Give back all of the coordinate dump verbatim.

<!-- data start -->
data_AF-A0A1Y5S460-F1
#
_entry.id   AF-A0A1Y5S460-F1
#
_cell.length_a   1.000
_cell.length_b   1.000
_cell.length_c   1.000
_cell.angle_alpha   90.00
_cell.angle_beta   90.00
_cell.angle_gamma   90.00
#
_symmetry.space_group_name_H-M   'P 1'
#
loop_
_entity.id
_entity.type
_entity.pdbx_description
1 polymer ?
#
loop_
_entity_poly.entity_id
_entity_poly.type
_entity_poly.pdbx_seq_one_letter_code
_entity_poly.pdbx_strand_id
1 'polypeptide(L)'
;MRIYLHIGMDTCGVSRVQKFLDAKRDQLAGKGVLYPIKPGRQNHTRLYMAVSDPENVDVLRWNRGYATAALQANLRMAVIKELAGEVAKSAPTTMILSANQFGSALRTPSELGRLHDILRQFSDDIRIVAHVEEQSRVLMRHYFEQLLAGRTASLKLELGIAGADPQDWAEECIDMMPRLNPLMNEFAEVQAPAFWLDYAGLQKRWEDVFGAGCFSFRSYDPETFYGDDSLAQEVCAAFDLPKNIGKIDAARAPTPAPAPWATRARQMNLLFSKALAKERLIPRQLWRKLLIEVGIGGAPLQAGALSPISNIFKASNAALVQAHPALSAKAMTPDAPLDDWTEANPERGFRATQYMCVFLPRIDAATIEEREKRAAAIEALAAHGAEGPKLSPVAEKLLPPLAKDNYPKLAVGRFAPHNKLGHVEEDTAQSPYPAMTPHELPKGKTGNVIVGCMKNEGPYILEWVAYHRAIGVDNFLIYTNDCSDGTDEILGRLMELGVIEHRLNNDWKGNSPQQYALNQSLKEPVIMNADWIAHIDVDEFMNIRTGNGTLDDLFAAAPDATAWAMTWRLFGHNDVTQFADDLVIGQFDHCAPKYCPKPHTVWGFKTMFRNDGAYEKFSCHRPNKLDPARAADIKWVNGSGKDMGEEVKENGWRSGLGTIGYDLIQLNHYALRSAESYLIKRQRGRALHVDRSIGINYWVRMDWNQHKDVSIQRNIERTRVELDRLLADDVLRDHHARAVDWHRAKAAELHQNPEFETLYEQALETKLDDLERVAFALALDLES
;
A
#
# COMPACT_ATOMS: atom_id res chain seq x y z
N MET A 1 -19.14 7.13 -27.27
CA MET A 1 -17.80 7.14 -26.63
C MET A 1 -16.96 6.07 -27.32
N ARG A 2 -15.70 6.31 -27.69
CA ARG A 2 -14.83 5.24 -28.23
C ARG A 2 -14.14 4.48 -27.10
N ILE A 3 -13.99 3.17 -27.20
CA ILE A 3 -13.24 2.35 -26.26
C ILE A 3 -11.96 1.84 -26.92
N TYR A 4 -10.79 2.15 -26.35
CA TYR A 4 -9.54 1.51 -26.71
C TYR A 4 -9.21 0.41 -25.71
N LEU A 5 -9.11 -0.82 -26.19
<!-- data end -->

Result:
data_AF-A0A1Y5S460-F1
#
_entry.id   AF-A0A1Y5S460-F1
#
_cell.length_a   1.000
_cell.length_b   1.000
_cell.length_c   1.000
_cell.angle_alpha   90.00
_cell.angle_beta   90.00
_cell.angle_gamma   90.00
#
_symmetry.space_group_name_H-M   'P 1'
#
loop_
_entity.id
_entity.type
_entity.pdbx_description
1 polymer ?
#
loop_
_entity_poly.entity_id
_entity_poly.type
_entity_poly.pdbx_seq_one_letter_code
_entity_poly.pdbx_strand_id
1 'polypeptide(L)'
;MRIYLHIGMDTCGVSRVQKFLDAKRDQLAGKGVLYPIKPGRQNHTRLYMAVSDPENVDVLRWNRGYATAALQANLRMAVIKELAGEVAKSAPTTMILSANQFGSALRTPSELGRLHDILRQFSDDIRIVAHVEEQSRVLMRHYFEQLLAGRTASLKLELGIAGADPQDWAEECIDMMPRLNPLMNEFAEVQAPAFWLDYAGLQKRWEDVFGAGCFSFRSYDPETFYGDDSLAQEVCAAFDLPKNIGKIDAARAPTPAPAPWATRARQMNLLFSKALAKERLIPRQLWRKLLIEVGIGGAPLQAGALSPISNIFKASNAALVQAHPALSAKAMTPDAPLDDWTEANPERGFRATQYMCVFLPRIDAATIEEREKRAAAIEALAAHGAEGPKLSPVAEKLLPPLAKDNYPKLAVGRFAPHNKLGHVEEDTAQSPYPAMTPHELPKGKTGNVIVGCMKNEGPYILEWVAYHRAIGVDNFLIYTNDCSDGTDEILGRLMELGVIEHRLNNDWKGNSPQQYALNQSLKEPVIMNADWIAHIDVDEFMNIRTGNGTLDDLFAAAPDATAWAMTWRLFGHNDVTQFADDLVIGQFDHCAPKYCPKPHTVWGFKTMFRNDGAYEKFSCHRPNKLDPARAADIKWVNGSGKDMGEEVKENGWRSGLGTIGYDLIQLNHYALRSAESYLIKRQRGRALHVDRSIGINYWVRMDWNQHKDVSIQRNIERTRVELDRLLADDVLRDHHARAVDWHRAKAAELHQNPEFETLYEQALETKLDDLERVAFALALDLES
;
A
#
# COMPACT_ATOMS: atom_id res chain seq x y z
N MET A 1 -19.14 7.13 -27.27
CA MET A 1 -17.80 7.14 -26.63
C MET A 1 -16.96 6.07 -27.32
N ARG A 2 -15.70 6.31 -27.69
CA ARG A 2 -14.83 5.24 -28.23
C ARG A 2 -14.14 4.48 -27.10
N ILE A 3 -13.99 3.17 -27.20
CA ILE A 3 -13.24 2.35 -26.26
C ILE A 3 -11.96 1.84 -26.92
N TYR A 4 -10.79 2.15 -26.35
CA TYR A 4 -9.54 1.51 -26.71
C TYR A 4 -9.21 0.41 -25.71
N LEU A 5 -9.11 -0.82 -26.19